Tuesday, June 3, 2008

The Original Blowout


"You have often heard the expression 'We had a great blowout last night,' used in connection with a dance or some sort of amusement," said a gentleman yesterday. "Do you know the origin of the word 'blowout?' No? Well, I'll tell you of it. Away back in the thirties the cotton mills at Lowell, Mass., were furnished with operatives from the families of the farmers living about the town. The sons and daughters of the sturdy farmers held positions in the mills, and coming from such good old stock there was a sort of social spirit developed among the employees which is not found in factories in these days. From the factories of Lowell some prominent people have come. Helen Hunt Jackson was employed there at one time.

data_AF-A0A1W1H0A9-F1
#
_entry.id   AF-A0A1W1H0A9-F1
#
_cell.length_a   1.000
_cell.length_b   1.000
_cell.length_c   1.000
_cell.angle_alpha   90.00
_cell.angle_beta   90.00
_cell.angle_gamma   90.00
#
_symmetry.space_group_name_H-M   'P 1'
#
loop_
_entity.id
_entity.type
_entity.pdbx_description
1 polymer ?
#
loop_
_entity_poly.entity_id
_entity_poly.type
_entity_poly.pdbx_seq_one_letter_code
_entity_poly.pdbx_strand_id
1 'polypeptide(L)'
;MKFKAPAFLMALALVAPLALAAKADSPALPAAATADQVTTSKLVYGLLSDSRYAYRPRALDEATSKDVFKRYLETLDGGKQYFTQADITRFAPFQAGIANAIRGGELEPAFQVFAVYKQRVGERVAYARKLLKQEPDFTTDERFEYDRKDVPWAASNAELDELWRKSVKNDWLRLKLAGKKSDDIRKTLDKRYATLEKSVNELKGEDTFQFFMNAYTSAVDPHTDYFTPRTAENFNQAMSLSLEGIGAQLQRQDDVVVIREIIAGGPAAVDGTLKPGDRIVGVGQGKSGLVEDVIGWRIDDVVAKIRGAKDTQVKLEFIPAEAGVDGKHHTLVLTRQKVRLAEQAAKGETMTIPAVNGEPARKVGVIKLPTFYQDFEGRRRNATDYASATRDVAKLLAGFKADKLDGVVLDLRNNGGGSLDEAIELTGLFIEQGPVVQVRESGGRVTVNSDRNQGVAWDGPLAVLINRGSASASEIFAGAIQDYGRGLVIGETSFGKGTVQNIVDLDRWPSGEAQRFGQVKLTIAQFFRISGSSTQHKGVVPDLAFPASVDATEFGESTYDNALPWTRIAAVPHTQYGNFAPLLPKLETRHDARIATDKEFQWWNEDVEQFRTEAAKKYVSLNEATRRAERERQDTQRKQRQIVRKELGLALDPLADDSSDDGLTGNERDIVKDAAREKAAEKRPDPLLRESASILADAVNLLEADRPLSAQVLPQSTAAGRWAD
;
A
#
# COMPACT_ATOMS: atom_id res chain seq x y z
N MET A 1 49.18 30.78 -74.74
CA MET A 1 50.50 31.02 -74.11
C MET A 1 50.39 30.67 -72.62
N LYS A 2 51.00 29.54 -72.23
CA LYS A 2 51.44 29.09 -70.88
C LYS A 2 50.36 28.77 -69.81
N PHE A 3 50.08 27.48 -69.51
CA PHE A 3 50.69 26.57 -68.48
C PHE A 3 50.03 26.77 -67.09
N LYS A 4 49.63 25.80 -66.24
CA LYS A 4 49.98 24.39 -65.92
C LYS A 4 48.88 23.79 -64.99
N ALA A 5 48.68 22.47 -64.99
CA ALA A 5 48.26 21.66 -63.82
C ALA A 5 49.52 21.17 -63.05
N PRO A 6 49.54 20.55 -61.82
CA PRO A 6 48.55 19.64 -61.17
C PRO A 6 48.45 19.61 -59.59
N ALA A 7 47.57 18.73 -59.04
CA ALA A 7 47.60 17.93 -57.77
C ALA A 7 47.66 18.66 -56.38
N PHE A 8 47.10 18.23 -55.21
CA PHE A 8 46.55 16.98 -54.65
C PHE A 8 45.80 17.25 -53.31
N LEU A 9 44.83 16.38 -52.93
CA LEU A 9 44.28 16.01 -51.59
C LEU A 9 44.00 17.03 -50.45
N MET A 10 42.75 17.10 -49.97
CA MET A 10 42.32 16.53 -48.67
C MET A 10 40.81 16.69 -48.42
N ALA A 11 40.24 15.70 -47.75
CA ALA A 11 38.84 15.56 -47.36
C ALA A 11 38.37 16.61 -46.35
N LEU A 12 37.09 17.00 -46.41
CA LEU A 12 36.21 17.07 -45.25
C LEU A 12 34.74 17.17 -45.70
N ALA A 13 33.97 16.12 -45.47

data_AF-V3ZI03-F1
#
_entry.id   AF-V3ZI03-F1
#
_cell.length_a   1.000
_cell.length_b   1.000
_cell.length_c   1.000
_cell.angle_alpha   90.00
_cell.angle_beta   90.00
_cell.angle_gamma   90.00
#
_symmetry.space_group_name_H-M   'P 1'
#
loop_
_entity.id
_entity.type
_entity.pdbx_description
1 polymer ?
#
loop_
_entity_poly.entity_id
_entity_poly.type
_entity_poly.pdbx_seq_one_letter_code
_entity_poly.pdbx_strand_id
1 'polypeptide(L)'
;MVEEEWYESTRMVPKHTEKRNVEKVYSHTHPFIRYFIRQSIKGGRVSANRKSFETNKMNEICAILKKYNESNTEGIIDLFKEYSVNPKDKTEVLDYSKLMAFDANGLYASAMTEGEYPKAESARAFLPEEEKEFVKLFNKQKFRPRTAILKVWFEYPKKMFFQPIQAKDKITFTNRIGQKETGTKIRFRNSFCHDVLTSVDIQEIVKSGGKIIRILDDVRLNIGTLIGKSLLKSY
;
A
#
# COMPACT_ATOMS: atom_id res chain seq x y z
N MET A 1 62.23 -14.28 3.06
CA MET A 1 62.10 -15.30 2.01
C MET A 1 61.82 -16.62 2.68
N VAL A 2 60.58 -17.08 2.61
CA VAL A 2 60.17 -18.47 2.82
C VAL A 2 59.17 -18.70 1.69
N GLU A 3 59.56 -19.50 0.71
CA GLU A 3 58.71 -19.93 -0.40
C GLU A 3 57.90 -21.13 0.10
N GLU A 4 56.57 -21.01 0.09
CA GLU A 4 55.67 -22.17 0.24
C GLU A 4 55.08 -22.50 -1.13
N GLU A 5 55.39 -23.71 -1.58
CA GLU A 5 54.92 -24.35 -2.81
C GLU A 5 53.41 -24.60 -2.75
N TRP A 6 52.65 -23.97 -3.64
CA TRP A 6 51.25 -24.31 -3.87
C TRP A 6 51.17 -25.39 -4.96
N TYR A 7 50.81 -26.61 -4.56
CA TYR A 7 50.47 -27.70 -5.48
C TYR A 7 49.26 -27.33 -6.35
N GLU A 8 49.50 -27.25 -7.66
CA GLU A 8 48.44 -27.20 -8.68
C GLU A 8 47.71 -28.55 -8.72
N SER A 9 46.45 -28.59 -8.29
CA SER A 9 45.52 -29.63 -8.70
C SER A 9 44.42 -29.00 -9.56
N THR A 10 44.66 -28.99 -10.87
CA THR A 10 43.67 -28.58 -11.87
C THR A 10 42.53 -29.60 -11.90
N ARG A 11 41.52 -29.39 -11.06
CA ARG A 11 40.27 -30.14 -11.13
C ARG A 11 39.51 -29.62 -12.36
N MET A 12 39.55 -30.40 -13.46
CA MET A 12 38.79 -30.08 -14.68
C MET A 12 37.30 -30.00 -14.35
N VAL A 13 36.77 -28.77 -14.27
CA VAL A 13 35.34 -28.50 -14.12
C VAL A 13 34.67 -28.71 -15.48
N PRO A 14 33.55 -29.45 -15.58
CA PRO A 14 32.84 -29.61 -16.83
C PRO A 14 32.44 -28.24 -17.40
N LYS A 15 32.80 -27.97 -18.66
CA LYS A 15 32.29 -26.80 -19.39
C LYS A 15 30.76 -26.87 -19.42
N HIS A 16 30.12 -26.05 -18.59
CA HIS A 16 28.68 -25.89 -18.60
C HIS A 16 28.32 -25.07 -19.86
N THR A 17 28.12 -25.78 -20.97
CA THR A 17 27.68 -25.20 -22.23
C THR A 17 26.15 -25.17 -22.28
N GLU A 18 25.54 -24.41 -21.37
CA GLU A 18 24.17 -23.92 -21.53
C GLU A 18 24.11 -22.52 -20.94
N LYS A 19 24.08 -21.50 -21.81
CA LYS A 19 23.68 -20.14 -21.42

"The hours were long, and in winter time lamps had to be provided to give light to the workers. It was before the days of kerosene, or, as they used to pronounce it when it did come out, 'kerosen,' with the accent on the 'o.' Whale oil lamps were burned. They were lighted on Nov. 1 regularly every year, and their use was dispensed with on May 1. It was the operation on this latter date that originated the word 'blowout.' When the bell sounded on this day to quit work, all lamps were blown out simultaneously, not to be lighted again until November. This was called the 'blowout,' and after this a dance or supper would be given, which at first was called the 'blowout dance,' or 'blowout supper,' until finally any festivity attending the extinguishing of the lamps for the year was called 'the blowout.' So the word 'blowout' was originated." — Pittsburg Dispatch.

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